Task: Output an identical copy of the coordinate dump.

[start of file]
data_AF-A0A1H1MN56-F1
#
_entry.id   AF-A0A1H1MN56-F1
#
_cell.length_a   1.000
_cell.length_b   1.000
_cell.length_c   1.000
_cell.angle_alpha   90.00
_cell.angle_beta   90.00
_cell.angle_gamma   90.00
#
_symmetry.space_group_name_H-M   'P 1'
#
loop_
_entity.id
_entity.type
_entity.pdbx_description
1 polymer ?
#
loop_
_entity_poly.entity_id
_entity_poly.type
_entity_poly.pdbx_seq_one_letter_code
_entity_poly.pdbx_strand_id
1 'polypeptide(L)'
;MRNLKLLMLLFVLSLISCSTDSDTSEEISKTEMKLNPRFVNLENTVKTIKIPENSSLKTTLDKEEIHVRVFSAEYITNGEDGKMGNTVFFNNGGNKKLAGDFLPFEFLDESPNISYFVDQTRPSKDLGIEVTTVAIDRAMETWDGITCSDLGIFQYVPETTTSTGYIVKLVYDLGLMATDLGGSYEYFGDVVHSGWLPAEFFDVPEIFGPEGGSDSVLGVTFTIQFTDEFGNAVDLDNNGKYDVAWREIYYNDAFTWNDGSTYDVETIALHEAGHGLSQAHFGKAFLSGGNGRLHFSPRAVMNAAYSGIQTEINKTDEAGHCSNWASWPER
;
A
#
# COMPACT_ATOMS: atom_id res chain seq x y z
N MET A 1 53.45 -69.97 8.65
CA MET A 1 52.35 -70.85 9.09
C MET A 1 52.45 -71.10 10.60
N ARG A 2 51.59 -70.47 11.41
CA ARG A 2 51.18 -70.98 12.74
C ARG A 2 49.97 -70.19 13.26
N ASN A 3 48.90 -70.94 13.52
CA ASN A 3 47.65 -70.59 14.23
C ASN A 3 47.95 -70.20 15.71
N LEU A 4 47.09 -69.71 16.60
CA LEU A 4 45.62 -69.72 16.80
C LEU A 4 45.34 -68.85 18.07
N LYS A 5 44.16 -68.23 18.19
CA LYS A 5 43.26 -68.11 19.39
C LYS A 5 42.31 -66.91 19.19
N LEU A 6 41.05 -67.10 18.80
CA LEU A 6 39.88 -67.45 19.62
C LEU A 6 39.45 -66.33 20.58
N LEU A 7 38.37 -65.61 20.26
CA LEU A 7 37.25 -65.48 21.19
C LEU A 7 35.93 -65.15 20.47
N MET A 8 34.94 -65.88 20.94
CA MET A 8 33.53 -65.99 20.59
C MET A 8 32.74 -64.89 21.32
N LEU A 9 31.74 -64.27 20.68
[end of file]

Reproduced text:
data_AF-A0A1H1MN56-F1
#
_entry.id   AF-A0A1H1MN56-F1
#
_cell.length_a   1.000
_cell.length_b   1.000
_cell.length_c   1.000
_cell.angle_alpha   90.00
_cell.angle_beta   90.00
_cell.angle_gamma   90.00
#
_symmetry.space_group_name_H-M   'P 1'
#
loop_
_entity.id
_entity.type
_entity.pdbx_description
1 polymer ?
#
loop_
_entity_poly.entity_id
_entity_poly.type
_entity_poly.pdbx_seq_one_letter_code
_entity_poly.pdbx_strand_id
1 'polypeptide(L)'
;MRNLKLLMLLFVLSLISCSTDSDTSEEISKTEMKLNPRFVNLENTVKTIKIPENSSLKTTLDKEEIHVRVFSAEYITNGEDGKMGNTVFFNNGGNKKLAGDFLPFEFLDESPNISYFVDQTRPSKDLGIEVTTVAIDRAMETWDGITCSDLGIFQYVPETTTSTGYIVKLVYDLGLMATDLGGSYEYFGDVVHSGWLPAEFFDVPEIFGPEGGSDSVLGVTFTIQFTDEFGNAVDLDNNGKYDVAWREIYYNDAFTWNDGSTYDVETIALHEAGHGLSQAHFGKAFLSGGNGRLHFSPRAVMNAAYSGIQTEINKTDEAGHCSNWASWPER
;
A
#
# COMPACT_ATOMS: atom_id res chain seq x y z
N MET A 1 53.45 -69.97 8.65
CA MET A 1 52.35 -70.85 9.09
C MET A 1 52.45 -71.10 10.60
N ARG A 2 51.59 -70.47 11.41
CA ARG A 2 51.18 -70.98 12.74
C ARG A 2 49.97 -70.19 13.26
N ASN A 3 48.90 -70.94 13.52
CA ASN A 3 47.65 -70.59 14.23
C ASN A 3 47.95 -70.20 15.71
N LEU A 4 47.09 -69.71 16.60
CA LEU A 4 45.62 -69.72 16.80
C LEU A 4 45.34 -68.85 18.07
N LYS A 5 44.16 -68.23 18.19
CA LYS A 5 43.26 -68.11 19.39
C LYS A 5 42.31 -66.91 19.19
N LEU A 6 41.05 -67.10 18.80
CA LEU A 6 39.88 -67.45 19.62
C LEU A 6 39.45 -66.33 20.58
N LEU A 7 38.37 -65.61 20.26
CA LEU A 7 37.25 -65.48 21.19
C LEU A 7 35.93 -65.15 20.47
N MET A 8 34.94 -65.88 20.94
CA MET A 8 33.53 -65.99 20.59
C MET A 8 32.74 -64.89 21.32
N LEU A 9 31.74 -64.27 20.68